People in power only want you to know what they think you should, and no more.
Freedom of information legislation was supposed to change all this by enshrining in law that embarrassment was no excuse for secrecy, but its architect Tony Blair considered it one of his biggest mistakes and barely a week goes by without an administration somewhere blocking an information release.
In the last month, the Scottish Information Commissioner has issued four rulings in favour of applicants, two against Edinburgh Council, while in England and Wales the Information Commissioner’s Office upheld 40 complaints, three of them against the Department for Digital, Culture, Media and Sport.
Ironically, a week ago Culture Secretary Oliver Dowden had to write to Information Commissioner Elizabeth Denham, warning her of the “chilling effect” on public interest journalism after her officers carried out raids to identify the whistle-blowers who leaked the security video which exposed Matt Hancock’s affair.
Days earlier, he published an article arguing that “a free and diverse media and the right to dissent” was vital to a healthy democracy. There is a big difference between the right to dissent and the right to know, but one follows the other; the more you know the stronger will be your dissent, so access to information is key to your argument. Without knowledge, dissent is little more than a shouting match.
It’s reassuring Mr Dowden seems to understand that blowing a whistle needs someone to hear it, other than another official organisation subject to the same institutional pressures; whistle-blowers need an outlet which doesn’t fear repercussions, or indeed sees causing trouble as an end itself and that’s what a truly free, raucous Press does.
The Hancock raids expose a conflict of interest in which the organisation established to protect the public’s right to know is the same one investigating data and privacy breaches, and as chilling are Home Office recommendations for reform of Official Secrets legislation to toughen laws against revealing information which could threaten national security.
A consultation led by Home Secretary Priti Patel rejects a public interest defence and seeks to replace the current requirement under the 1989 Official Secrets Act for prosecutors to prove damage had been caused with a new “subjective fault” test if the defendant “knew, believed, or was reckless as to whether the disclosure would, was likely to, risked causing, or was capable of causing damage”.
While the Home Office paper recognises Press freedom and whistleblowing as “an integral part of the UK’s democratic processes”, the astonishingly illiberal caveat is that a leaker “will rarely (if ever) be able to accurately judge whether the public interest in disclosing the information outweighs the risks against disclosure”.
By this measure it could be argued that revealing damaging information about the Health Secretary in the midst of a health crisis is not in the national interest and, without a public interest defence, the leakers and journalists could easily find themselves behind bars.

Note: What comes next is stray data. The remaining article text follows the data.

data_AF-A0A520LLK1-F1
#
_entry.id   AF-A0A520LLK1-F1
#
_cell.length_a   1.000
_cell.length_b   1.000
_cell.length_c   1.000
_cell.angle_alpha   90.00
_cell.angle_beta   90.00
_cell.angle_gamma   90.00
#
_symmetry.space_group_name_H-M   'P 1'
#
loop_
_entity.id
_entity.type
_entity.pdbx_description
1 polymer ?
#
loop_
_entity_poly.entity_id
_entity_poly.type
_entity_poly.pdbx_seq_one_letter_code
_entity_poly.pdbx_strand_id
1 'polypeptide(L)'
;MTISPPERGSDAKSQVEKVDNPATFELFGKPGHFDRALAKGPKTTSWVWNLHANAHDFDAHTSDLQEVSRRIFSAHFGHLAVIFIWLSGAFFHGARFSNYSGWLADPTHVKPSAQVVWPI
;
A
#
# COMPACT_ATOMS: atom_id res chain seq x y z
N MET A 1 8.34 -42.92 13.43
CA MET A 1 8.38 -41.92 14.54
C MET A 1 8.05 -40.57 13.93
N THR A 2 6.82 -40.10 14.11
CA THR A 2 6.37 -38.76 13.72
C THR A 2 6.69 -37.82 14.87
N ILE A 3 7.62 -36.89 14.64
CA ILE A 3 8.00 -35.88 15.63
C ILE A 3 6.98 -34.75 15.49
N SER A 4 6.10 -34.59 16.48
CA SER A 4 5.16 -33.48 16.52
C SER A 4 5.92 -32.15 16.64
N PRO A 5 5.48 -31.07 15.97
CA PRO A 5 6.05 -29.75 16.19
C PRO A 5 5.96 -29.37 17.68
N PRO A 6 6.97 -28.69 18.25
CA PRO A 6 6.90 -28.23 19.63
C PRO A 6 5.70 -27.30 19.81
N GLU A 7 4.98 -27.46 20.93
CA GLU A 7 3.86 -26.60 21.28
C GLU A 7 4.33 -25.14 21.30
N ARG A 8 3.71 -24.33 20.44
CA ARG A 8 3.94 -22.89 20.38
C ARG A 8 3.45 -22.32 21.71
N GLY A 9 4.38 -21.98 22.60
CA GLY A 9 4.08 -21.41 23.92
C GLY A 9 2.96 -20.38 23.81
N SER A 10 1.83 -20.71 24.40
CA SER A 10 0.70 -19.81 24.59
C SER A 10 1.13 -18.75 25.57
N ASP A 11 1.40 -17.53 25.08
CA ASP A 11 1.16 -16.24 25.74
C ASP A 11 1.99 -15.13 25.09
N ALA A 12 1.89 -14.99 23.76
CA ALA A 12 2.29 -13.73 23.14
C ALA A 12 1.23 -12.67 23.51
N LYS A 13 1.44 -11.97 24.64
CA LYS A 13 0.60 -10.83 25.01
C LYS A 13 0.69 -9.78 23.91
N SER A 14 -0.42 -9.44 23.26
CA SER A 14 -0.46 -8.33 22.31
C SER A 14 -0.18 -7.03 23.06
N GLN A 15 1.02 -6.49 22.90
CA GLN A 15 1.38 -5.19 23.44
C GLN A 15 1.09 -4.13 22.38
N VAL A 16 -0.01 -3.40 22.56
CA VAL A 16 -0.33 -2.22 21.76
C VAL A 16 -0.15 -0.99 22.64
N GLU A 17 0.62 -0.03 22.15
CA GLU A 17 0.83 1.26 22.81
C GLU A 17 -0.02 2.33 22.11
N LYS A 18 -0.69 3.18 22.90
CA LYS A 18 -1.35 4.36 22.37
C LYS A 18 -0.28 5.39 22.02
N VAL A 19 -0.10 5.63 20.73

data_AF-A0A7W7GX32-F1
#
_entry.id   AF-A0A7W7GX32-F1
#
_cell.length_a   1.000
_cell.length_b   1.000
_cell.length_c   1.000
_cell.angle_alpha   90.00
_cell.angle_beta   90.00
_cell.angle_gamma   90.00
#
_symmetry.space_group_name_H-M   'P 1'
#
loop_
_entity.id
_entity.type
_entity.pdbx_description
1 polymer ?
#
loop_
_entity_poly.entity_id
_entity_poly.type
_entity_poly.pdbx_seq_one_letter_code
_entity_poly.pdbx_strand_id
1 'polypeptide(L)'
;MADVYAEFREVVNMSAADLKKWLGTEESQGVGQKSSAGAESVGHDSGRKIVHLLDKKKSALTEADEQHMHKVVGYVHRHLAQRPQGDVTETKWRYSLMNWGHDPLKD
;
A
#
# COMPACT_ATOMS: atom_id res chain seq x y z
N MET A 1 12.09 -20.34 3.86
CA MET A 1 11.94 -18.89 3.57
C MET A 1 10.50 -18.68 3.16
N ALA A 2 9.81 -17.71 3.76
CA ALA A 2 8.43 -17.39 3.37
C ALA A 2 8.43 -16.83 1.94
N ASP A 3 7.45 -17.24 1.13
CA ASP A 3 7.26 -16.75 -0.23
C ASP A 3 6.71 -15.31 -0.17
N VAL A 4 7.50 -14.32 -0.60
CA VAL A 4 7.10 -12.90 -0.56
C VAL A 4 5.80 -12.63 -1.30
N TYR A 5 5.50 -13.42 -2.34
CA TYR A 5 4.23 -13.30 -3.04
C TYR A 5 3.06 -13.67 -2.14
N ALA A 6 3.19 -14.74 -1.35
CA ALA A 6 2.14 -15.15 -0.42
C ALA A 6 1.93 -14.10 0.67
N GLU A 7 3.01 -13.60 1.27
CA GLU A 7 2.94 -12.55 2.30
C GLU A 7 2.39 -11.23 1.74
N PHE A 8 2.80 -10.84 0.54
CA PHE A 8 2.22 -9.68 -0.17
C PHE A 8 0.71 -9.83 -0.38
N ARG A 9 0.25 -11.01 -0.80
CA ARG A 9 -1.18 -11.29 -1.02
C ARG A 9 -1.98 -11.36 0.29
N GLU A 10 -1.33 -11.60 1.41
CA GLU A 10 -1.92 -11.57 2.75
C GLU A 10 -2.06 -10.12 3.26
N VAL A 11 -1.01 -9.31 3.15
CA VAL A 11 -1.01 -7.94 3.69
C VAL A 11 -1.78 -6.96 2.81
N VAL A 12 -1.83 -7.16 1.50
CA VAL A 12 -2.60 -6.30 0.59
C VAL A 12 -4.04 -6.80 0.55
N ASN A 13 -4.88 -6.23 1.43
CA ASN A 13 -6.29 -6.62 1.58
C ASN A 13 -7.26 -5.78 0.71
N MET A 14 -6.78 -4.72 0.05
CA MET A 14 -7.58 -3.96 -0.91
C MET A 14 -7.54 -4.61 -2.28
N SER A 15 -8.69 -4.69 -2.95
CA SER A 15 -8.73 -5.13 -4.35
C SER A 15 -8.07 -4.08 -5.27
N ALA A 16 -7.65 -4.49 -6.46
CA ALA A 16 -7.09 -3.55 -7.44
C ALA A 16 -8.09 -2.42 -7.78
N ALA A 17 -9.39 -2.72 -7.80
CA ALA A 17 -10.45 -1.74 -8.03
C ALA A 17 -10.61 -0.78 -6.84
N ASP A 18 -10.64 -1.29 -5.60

It is worth remembering that the public interest defence in Official Secrets cases was blocked by the 1989 Act after a jury cleared Defence civil servant Clive Ponting for leaking information to the late Linlithgow Labour MP Tam Dalyell about the movement of the Argentinian battleship Belgrano prior to its sinking in the Falklands War.
Although controversial, the revelation that it might have been heading back to port never really threatened national security because the conflict was long over by the time it came out.
There is also the suspicion that the proposed legislation is a delayed reaction to the failed prosecution of GCHQ translator Katharine Gun who leaked information to The Observer in 2003 about American eavesdropping on UN diplomats in the run-up to the Iraq War, or a fast reaction to the 2019 Keira Knightley film about the case.
Under fire from the redoubtable Nick Ferrari on LBC this week, Prime Minister Boris Johnson was forced to defend the consultation, saying he didn’t want “a world in which people are prosecuted for doing what they think is their public duty”, despite that being what virtually every person charged under Official Secrets laws, from Clive Ponting and Katharine Gun to Sarah Tisdall and David Shayler, argued they were doing.
“What we want to do is make sure that we don’t do anything to interrupt the operation of good journalism,” said Mr Johnson. “The searchlight by the British press will continue to shine on every crevice,” he added.
Unfortunately, those crevices did not include state failures to prevent a Loyalist paramilitary massacre of six men in an Ulster pub in 1994, because two Northern Irish journalists, Trevor Birney and Barry McCaffrey, were wrongly arrested in 2018 for their investigation into the murders and were awarded £850,000 damages for their treatment last December. The new proposals make arrests of journalists under Official Secrets legislation like that more likely.
For an issue which has united the media against the UK government, the SNP has been strangely quiet, and with a Culture Secretary like Angus Robertson who has a keen interest in defence that won’t be because it wasn’t noticed. Maybe they have been in government long enough to see the advantages?
But if these proposals make their way into legislation there will almost certainly be trouble within Conservative ranks. The direction in which Ms Patel wants to go is dangerous and unnecessary and liberal Conservatives like David Davis, Ruth Davidson and, it would appear, Oliver Dowden should unite to change them.
John McLellan is director of the Scottish Newspaper Society and a Defence, Security and Media Advisory Committee member